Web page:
So once the C Bomb was well and truly detonated I became what felt like a lab rat overnight. Emotionally it was draining. The day before I started work at 5am. We’d done a live fat burning procedure on a very happy viewer on the ITV Lorraine show (i’d been petrified that something might go wrong) and good old Sherrie Hewson was the guest of the day. I’d raced home at 5pm to get dinner on for the kids and do Archie’s spelling practice. It was a normal busy day. The next day I was told I had breast cancer. Overnight I was redefined. I was a patient and everything else had to go on hold. Thinking of what to cook for dinner or which story we should cover on our show was replaced with ‘How am I going to beat this / where has it spread to / how do i tell my kids’. The next two weeks was a blur of tests, tests and more tests.
FIRST STOP – MRI
26.04.18 I was sent two days after my diagnosis for an MRI (Magnetic Resonance Imaging) scan which basically takes pictures from all angles of your body and shows up soft tissue very clearly. The purpose for me was to see if the cancer was in my left boob as well.
(Gowned up and ready to dive in)
I had to have a cannula fitted on my right arm so that half way through the scan they could inject me with a contrast dye which helped show up my organs more clearly (it also made my wee blue – non stop fun this). I laid on my front and my boobs dropped into two separate holes in the bed. My arms were put into a superman pose and then I had to lie completely still for half an hour. The bed slid into a tunnel which was quite a tight space but I had headphones with the radio on which helped take my mind off it (except it was Jonathan Ross introducing Steps and ‘TWagedy’ so for the first 5 minutes I kept repeating in my head ‘I have cancer I have cancer’ to try and stop myself from laughing). The noise of the machine was unbelievably loud. It was a bit like a washing machine going full spin with a pair of Timberland boots clunking away inside. After 15 minutes the nurse came in and injected the dye. It was so weird because you can’t move a muscle or speak so you feel utterly helpless. For the entire scan all I could think about was what on earth am I doing in here and what will the MRI show. Thankfully the results a week later came back confirming that the left boob was clear of cancer. Mini high five. In your face Twagedy.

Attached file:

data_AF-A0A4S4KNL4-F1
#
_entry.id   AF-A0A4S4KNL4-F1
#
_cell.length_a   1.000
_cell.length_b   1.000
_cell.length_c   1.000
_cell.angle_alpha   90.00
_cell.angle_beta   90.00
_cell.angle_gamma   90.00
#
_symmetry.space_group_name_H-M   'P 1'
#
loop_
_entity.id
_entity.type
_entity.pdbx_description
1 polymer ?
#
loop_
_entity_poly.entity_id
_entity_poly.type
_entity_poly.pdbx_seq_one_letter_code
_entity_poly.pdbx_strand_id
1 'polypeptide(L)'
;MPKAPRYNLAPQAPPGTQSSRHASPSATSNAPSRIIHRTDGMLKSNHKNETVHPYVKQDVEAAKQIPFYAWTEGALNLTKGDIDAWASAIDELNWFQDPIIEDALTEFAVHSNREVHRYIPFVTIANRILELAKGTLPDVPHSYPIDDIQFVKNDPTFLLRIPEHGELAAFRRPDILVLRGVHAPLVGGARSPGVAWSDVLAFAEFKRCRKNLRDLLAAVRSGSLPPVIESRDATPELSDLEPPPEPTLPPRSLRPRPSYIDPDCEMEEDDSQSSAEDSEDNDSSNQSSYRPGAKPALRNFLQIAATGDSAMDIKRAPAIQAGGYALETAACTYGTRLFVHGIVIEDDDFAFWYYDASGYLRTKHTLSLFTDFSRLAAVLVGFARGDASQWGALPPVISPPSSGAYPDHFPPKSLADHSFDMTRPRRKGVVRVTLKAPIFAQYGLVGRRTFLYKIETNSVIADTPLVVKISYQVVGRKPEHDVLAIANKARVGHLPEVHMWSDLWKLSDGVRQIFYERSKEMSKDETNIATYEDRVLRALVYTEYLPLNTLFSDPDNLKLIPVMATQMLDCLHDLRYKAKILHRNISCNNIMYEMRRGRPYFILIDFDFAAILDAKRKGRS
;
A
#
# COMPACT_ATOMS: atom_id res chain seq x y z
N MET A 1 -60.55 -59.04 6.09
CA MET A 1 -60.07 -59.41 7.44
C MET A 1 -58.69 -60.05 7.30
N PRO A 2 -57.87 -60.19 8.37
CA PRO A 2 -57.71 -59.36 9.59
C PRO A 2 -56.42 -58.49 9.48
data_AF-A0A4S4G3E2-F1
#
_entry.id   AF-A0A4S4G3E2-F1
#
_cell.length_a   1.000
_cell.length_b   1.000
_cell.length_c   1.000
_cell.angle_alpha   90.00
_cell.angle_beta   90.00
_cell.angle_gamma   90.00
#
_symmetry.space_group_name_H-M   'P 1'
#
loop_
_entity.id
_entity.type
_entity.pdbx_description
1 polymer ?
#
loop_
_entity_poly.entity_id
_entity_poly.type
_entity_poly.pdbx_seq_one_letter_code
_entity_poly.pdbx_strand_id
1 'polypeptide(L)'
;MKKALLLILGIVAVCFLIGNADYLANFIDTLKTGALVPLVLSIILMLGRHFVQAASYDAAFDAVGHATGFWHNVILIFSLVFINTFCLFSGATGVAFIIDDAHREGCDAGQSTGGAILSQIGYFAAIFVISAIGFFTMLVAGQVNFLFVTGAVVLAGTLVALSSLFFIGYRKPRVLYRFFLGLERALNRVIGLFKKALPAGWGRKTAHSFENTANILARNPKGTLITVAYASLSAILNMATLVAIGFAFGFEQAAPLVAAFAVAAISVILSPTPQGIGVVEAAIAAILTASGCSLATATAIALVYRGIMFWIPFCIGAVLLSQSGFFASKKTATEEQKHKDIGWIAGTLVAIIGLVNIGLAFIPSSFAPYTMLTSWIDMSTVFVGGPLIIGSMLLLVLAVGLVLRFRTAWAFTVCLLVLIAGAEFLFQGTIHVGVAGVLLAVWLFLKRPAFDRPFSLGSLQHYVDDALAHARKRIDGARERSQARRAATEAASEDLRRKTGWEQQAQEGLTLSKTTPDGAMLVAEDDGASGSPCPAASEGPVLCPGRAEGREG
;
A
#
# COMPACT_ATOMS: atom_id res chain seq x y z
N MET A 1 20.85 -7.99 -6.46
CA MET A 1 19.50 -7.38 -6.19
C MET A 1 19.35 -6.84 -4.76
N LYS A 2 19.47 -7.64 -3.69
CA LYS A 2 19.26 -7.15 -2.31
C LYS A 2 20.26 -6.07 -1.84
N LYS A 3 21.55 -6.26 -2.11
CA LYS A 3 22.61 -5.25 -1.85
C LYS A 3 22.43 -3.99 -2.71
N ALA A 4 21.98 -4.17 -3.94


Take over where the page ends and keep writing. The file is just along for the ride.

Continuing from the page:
NEXT UP – NUCLEAR MEDICINE SCAN
03.05.18 A week later and the day before my mastectomy I had to go to the Nuclear Medicine department for another scan. Who knew the place existed!? This bad boy would help my consultant prepare for surgery as it showed up the cancerous tumours.
First I had to be injected with a radioactive tracer dye directly into my right boob (not too painful). Then I had to go and walk around the hospital for half an hour whilst the dye hunted down the enemy. Knowing I had to get back for school pick up the nurse suggested I massage of my boob to help the dye along (then the scan should work first time). It was a sunny day so Mark and I sat on a wall in the car park. I was reading a leaflet on ‘Hair loss and Cancer’ and Mark was engrossed in his Tiger Woods biography (incidently he’s finished it semi-despising the guy). After 10 minutes of jibbling my boob my arm was aching so Mark took over the boob massage reigns (whilst still reading his book)…who said romance was dead.
Half an hour later we went into the scan unit and bingo the dye had done it’s job. The cancer was glowing up all around my breast (like some 80s rave) and the pictures were taken. We made it home for school pickup and I cooked a chicken curry for the kids tea and they loved it (for once). Small victories.
MASTECTOMY / LYMPH NODE CLEARANCE
04.05.18 I’ve written about my mastectomy in my post ‘How Would You Like Your Eggs?’. What I will say here though is they took my sentinel lymph nodes (level 1) at the same time. This is quite normal when you have invasive cancer. After the mastectomy they tested all of the tumours (i had 4) in the breast and they all came back Grade 3 positive to cancer. Grade 3 basically means that it’s fast growing (there is no Grade 4 so mine meant the most business). The level 1 lymph nodes were also saturated with the stuff.